Austin Considering Name Change Due to Slaveholding Past

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Posted: Jul 29, 2018 9:24 AM
Austin Considering Name Change Due to Slaveholding Past

In the latest efforts to rectify America's history of its slaveholding past, Austin’s Equity Office suggested that the Texas capital change its entire name in addition to removing statues and street signs in honor of Confederate soldiers. 

Austin, TX is named after Stephen F. Austin. The man, now known as the "father of Texas," one time "opposed an attempt by Mexico to ban slavery in the province of Tejas and said if slaves were freed, they would turn into “'vagabonds, a nuisance, and a menace," as reported by mystatesman.com.

And for this, Austin's Equity Office recommended in a recent report that its name should be changed among many other street names. The report also stated that several parks and places should be altered as well. "Pease Park, the Bouldin Creek neighborhood, Barton Springs and 10 streets named for William Barton, the 'Daniel Boone of Texas,' who was a slave owner," were among the list. 

The report noted that there would be pushback against the proposed ideas, but defended it from accusations of whitewashing history. 

“It is essential to acknowledge that societal values are fluid, and they can be and are different today compared to when our city made decisions to name and/or place these Confederate symbols in our community," the document said,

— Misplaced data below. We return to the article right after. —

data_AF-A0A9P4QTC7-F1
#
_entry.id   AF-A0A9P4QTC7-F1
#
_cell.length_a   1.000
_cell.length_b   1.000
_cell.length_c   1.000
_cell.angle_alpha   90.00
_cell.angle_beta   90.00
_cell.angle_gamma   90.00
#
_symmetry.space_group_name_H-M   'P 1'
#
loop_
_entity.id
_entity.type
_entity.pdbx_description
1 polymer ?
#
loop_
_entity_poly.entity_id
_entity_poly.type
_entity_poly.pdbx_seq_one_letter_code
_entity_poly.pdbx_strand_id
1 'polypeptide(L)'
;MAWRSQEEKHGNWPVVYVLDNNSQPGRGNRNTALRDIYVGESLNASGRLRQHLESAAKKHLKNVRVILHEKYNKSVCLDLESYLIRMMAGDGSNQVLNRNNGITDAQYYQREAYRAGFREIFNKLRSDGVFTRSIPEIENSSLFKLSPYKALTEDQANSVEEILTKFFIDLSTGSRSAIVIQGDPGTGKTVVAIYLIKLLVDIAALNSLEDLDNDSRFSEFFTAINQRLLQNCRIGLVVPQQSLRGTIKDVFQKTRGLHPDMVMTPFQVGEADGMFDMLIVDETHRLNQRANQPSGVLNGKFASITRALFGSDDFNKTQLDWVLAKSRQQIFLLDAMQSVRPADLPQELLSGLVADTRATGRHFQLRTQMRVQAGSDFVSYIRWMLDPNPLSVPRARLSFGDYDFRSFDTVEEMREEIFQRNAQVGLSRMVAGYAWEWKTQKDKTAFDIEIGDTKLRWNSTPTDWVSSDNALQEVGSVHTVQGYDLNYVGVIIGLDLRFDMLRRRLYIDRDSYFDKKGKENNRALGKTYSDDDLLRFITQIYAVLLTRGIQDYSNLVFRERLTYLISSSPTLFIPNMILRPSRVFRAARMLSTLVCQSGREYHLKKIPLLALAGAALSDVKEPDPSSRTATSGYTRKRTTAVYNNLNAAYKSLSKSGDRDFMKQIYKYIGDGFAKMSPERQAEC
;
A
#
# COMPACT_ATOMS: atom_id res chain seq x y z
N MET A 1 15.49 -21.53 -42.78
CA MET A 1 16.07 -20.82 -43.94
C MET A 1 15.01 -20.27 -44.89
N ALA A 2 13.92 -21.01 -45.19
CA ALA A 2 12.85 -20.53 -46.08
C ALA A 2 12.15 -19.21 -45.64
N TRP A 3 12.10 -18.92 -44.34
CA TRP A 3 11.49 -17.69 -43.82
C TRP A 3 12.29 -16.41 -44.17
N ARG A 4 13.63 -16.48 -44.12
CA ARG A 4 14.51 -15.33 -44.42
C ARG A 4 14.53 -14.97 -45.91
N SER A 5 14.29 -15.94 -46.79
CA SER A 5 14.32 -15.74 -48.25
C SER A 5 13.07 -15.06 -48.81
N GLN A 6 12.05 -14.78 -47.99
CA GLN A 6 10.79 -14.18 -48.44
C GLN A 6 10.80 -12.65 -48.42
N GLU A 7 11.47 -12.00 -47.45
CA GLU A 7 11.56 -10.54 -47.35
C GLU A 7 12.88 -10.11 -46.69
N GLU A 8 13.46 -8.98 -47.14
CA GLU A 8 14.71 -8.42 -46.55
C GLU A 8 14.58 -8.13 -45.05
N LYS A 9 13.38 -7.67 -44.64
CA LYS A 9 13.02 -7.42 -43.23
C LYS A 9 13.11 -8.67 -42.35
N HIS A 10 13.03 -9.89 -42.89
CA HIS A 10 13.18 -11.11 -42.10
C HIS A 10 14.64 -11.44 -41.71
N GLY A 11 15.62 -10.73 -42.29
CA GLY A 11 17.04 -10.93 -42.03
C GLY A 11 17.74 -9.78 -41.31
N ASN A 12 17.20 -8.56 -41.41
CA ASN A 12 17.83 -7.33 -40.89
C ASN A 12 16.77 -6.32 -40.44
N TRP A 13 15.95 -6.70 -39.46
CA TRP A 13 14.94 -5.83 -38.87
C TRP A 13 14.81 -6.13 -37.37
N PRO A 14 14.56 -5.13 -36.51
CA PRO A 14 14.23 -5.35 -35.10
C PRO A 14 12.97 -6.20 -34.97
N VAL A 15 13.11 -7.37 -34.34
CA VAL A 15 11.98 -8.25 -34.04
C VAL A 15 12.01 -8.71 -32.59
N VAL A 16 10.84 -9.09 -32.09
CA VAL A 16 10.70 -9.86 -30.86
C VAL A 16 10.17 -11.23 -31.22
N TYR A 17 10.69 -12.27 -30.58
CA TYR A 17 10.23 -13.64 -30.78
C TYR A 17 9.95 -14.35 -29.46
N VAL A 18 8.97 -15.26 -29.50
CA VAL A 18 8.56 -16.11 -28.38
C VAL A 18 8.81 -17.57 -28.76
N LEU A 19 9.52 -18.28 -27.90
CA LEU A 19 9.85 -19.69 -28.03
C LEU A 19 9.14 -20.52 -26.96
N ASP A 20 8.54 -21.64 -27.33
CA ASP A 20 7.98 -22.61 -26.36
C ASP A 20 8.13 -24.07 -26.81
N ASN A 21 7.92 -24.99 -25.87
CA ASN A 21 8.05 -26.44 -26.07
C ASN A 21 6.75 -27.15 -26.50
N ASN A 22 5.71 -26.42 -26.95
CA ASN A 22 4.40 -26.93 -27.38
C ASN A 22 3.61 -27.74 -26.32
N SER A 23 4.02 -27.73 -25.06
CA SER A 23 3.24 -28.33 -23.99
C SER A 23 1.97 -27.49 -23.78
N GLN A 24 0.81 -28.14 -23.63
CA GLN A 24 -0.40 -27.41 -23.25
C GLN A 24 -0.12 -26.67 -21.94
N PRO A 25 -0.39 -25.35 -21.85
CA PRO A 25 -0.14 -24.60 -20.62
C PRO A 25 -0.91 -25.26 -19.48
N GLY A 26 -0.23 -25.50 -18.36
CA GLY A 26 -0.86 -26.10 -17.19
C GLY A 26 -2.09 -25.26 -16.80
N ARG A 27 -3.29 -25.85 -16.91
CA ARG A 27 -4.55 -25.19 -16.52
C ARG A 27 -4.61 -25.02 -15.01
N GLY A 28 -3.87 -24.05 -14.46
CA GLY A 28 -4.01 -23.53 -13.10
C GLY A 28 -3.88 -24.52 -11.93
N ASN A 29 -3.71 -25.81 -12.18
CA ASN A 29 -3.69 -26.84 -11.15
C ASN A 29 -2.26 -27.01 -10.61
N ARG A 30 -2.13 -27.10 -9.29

“It is also important to acknowledge that nearly all monuments to the Confederacy and its leaders were erected without a true democratic process. People of color often had no voice and no opportunity to raise concerns about the city’s decision to honor Confederate leaders," the office added. 

"Any changes to road names would require public hearings and action from the City Council," but a name change for the city would require and election in order to strike "Austin" from the city's charter and have it replaced with a new name.

The office also noted that these proposed name changes could lead the city down a slippery slope. The office was aware "the likelihood of opposing viewpoints and nodded to inconveniences to businesses and residents and the view that changing the names could be considered a threat to historical preservation."

To be clear, these were just suggestions and as of now, there is no concrete decision to place these ideas before the City Council or on the ballot.